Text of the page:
In the The X-Files: Pilot (1993), when Scully is interviewed by Division Chief Scott Blevins (Charles Cioffi) to see if she knows Fox Mulder, she replies that she didn't know him directly, but by his reputation as the F.B.I.'s analyst and his work in the capture in 1988 of a killer named Monty Props. It's the only reference about Props made in the entire series. Props was created after Garret Jacob Hobbs, a serial killer only mentioned in Thomas Harris' novel "Red Dragon" (who was shot to death by Will Graham). Harris' universe was a strong influence in the creation of the series.
Among the most famous clichés in the tons of fanfics written since the series started are: Scully is known as Ice Queen in the F.B.I. Mulder has oral fixation. There is a poll in the F.B.I. regarding when Mulder and Scully will consummate their relationship. Mulder and Scully always have a connection door between their rooms in the motels. Mulder and Scully are forced to share a bed. Charlie, Scully's little brother, is a nice guy. Skinner always knew about Mulder and Scully secret romantic relationship.
Regarding Scully's wardrobe in the first seasons, according to Gillian Anderson, nobody paid attention to her then. However, she has been much more involved in this aspect of her character in the revival seasons.
There are sixty-nine alien mythology episodes in the series. Season eight has the biggest amount, with ten of them coming from there. Only two episodes in season eight involving Mulder didn't focus on the mythology arc. There are also other episodes about extraterrestrials and alien abductions unrelated to the arc, such as Conduit and Clyde Bruckman's Final Repose.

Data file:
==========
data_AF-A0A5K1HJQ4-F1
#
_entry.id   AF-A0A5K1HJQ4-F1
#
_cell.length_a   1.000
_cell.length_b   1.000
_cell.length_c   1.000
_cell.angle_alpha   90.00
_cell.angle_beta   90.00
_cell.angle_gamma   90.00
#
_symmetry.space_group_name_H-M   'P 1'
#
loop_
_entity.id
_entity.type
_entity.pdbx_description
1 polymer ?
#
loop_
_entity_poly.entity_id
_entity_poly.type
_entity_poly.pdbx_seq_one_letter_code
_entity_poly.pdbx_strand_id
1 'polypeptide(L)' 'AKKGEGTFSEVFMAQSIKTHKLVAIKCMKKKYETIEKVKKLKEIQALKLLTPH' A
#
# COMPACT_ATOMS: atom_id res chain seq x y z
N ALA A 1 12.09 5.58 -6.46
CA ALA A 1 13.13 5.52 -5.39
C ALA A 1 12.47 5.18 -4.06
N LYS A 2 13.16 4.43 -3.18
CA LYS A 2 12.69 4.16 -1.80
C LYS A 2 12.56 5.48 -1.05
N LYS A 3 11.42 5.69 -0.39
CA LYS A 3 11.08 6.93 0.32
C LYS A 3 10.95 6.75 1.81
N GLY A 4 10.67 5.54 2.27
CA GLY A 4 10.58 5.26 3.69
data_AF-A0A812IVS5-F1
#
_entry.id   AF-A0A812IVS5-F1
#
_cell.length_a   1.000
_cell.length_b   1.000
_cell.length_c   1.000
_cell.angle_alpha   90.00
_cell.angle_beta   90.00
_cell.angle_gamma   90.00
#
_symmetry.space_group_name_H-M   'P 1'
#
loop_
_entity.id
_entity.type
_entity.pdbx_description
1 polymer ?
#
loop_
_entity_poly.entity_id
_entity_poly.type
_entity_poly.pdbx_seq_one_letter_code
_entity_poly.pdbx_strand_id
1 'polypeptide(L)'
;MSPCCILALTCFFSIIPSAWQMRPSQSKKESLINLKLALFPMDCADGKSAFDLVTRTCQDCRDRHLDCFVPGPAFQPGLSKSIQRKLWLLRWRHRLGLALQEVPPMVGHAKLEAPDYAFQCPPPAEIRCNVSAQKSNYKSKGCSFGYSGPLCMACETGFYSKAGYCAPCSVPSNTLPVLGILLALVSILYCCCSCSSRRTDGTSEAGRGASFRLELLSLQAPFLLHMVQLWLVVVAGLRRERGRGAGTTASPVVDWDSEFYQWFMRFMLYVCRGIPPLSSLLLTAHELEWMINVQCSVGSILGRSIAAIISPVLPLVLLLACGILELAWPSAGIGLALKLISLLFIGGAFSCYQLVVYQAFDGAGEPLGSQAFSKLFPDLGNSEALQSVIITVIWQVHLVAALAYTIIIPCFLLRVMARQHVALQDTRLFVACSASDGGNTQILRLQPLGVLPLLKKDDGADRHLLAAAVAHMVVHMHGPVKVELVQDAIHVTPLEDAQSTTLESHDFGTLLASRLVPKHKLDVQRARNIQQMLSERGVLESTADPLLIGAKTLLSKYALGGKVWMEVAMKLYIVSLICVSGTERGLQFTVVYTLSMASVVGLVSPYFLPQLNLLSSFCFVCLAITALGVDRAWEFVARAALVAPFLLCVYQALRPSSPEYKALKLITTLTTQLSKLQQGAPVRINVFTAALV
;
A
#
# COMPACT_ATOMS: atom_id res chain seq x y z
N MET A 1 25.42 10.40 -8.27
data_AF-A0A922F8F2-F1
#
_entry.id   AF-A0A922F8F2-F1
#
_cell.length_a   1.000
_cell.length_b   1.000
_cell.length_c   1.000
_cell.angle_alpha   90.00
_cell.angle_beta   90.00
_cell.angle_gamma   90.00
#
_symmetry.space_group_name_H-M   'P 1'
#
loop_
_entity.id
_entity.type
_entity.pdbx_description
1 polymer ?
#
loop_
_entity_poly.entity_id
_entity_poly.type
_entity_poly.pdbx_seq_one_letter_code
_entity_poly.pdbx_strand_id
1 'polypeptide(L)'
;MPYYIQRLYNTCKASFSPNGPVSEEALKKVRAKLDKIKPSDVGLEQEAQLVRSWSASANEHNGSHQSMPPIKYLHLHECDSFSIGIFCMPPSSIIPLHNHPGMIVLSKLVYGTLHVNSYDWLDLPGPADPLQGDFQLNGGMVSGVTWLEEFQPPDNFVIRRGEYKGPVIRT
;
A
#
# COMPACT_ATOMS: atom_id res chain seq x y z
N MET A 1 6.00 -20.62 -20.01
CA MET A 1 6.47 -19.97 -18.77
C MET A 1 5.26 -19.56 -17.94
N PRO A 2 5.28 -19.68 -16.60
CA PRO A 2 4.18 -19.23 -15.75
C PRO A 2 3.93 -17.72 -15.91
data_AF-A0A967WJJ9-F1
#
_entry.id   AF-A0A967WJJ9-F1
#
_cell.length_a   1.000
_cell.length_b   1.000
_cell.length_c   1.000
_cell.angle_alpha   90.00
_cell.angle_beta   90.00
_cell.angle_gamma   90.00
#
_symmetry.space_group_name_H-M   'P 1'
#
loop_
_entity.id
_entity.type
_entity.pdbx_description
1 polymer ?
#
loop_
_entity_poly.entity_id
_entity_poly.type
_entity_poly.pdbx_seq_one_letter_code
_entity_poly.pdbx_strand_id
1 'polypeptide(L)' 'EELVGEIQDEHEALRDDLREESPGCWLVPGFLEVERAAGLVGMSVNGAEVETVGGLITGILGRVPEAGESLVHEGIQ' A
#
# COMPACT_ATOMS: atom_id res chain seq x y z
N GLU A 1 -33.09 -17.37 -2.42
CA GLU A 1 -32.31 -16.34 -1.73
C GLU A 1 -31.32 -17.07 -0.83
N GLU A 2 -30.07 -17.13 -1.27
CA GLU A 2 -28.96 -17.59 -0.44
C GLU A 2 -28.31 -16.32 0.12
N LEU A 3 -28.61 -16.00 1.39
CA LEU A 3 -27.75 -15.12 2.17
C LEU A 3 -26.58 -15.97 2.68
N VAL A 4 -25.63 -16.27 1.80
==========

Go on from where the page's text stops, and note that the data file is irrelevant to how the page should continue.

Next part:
Most of the fans want the relationship between Mulder and Scully and they are named shippers and most recently Sculder, as noromo are the fans that don't want their romance. After the fans of this show started using the term "shipper", this term was used in other fandoms. In the same way, fans that believe in a romance between Duchovny and Anderson are named snoggers or Gillovny.
Both hallways and bathrooms are mythological places in the series but in different ways. Mulder and Scully have had some of their most romantic moments in hallways and different characters had suffered hard moments in the bathrooms.
This show is the big germination of Breaking Bad (2008). Vince Gilligan not only exploded here as a fantastic writer, becoming in one of the favorite series of both the audience and the critics, found here his most relevant collaborators, but also presented the basic characteristics of Walter White in characters like Robert Modell.
The tenth season mixes its own mythology with "Monster of the Week" episodes, being just the first and last episode of the season dedicated to the mythology, and the other four to the Monster of the Week.
Gillian Anderson on her chemistry with Duchovny: "For whatever reason, there is this energy between us when we come together, which is very compelling and curious. Why do we have that? There's attraction on screen with other actors I have worked with, but it's not the same. What's different between David and me? I don't know."
Duchovny on his chemistry with Anderson: "The chemistry is completely easy; it is something that we seem to be able to slip into with our eyes closed. From the second we started working together, it was there. There's a lot of déjà vu."